After multiple miscarriages Mrs Rose was signed off work and fell into a ‘black hole of depression’

She said she felt as though the 'whole world was grey', but with baby number two on the way she feels like the colour has come back into her life

She said she felt as though the ‘whole world was grey’, but with baby number two on the way she feels like the colour has come back into her life 

Alongside this, women are also recommended to take steroids, which further suppress the immune system, and blood thinners to prevent blood clots, which also can impede embryos implanting.

Willing to give any treatment a shot, the desperate couple agreed to treatment and their first miracle baby, Sienna, was born 18 months ago.

And the pair have further reason to celebrate – because after having successful treatment, they then went on to conceive naturally, and are expecting their second baby to complete the family on October 27.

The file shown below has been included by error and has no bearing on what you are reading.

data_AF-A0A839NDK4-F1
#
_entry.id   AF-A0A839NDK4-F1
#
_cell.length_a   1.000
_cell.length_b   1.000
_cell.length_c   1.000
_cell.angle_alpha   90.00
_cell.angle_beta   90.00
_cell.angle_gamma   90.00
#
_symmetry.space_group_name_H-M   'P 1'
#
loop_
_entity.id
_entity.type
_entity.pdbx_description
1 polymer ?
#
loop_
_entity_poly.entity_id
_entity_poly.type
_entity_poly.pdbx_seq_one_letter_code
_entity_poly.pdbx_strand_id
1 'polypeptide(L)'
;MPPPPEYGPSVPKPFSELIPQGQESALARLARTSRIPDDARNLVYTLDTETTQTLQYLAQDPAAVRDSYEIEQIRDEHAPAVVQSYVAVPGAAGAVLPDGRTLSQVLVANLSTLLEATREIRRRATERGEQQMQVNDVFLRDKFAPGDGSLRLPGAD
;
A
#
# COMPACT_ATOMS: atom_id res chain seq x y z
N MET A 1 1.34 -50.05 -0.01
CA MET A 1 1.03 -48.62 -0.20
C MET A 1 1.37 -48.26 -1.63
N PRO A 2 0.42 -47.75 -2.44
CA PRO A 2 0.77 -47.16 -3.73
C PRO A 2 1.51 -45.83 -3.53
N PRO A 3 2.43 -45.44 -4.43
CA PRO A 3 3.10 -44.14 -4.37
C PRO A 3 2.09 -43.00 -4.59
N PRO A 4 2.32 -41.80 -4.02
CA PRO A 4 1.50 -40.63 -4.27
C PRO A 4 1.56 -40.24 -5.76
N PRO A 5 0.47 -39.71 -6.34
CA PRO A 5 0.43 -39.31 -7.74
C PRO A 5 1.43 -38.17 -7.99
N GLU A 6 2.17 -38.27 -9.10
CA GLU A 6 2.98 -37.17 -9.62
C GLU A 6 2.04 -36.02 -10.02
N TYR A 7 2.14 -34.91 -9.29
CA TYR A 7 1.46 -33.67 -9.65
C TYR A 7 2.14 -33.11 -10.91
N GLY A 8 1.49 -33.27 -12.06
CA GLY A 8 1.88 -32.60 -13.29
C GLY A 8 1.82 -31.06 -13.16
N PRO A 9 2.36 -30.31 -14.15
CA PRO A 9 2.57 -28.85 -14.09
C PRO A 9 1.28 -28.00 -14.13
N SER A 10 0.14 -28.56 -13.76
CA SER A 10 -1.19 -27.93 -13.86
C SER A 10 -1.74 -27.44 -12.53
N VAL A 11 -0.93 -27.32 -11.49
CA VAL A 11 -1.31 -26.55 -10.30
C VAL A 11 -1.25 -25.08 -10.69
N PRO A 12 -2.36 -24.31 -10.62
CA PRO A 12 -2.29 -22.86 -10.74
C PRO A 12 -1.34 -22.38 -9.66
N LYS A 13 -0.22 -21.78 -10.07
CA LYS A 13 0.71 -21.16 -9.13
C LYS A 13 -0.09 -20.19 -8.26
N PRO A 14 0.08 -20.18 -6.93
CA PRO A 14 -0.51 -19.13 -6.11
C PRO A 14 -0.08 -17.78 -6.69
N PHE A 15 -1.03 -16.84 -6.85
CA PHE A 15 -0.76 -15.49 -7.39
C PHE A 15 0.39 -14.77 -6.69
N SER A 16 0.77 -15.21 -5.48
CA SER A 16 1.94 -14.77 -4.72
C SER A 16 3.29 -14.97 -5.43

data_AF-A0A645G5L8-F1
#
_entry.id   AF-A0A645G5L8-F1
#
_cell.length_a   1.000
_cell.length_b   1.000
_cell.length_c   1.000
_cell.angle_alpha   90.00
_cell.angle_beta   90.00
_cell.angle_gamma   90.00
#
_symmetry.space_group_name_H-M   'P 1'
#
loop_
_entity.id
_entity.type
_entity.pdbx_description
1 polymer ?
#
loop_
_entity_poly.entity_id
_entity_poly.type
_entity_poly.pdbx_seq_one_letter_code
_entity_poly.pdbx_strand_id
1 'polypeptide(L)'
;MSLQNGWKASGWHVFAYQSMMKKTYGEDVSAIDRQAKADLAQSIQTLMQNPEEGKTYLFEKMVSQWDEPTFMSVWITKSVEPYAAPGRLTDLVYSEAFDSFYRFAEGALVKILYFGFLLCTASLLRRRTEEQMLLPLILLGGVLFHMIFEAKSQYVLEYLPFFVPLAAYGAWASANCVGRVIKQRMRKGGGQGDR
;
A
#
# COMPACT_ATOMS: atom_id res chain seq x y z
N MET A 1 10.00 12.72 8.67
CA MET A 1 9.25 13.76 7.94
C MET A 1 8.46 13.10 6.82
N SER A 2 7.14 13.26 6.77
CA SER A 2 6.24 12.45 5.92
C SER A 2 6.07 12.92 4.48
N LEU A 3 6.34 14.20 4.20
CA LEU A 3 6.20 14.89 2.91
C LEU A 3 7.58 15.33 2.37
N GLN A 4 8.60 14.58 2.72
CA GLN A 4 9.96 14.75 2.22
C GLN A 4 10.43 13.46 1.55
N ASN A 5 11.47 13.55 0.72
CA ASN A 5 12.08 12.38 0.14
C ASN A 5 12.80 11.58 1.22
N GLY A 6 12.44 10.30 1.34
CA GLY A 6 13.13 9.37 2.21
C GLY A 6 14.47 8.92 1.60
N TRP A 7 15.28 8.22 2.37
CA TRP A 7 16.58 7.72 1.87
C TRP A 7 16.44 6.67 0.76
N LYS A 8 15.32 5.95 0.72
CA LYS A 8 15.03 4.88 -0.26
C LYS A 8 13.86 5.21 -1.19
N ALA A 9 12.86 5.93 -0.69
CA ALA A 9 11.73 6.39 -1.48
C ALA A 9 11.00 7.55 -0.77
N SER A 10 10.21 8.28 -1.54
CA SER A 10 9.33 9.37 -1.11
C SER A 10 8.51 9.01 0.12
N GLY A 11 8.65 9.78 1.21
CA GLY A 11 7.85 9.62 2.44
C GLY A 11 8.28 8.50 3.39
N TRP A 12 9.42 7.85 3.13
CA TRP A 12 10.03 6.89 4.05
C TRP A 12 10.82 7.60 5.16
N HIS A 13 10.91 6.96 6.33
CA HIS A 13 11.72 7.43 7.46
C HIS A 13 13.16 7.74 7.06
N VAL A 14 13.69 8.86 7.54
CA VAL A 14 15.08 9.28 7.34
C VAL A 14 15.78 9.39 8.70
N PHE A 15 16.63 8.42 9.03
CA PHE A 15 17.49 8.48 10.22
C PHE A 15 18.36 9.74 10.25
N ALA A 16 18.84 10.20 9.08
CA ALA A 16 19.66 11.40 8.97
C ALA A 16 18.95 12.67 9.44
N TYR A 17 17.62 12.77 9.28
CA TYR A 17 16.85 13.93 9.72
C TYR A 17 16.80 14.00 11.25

IMMUNOMODULATION THERAPY – WHAT IS IT?

Some women overproduce so-called natural killer cells during pregnancy. 

When an embryo tries to develop in their womb, their immune system goes into overdrive to destroy it as if it were an intruding bug or virus.

It’s claimed immunomodulation therapy works by pumping women’s bodies with intralipids — a mixture of egg yolk and soya oil — which is believed to restrain a mother’s NK cells, and therefore make her more likely to sustain a full-term pregnancy.

It costs up to £7,000 a cycle — £2,000 more than conventional fertility treatment.

It’s said to work by flooding the bloodstreams of women with fatty acids which reduce the ability of the body’s NK cells to produce toxic chemicals.

These toxins can attack and reject the developing embryo as a foreign object.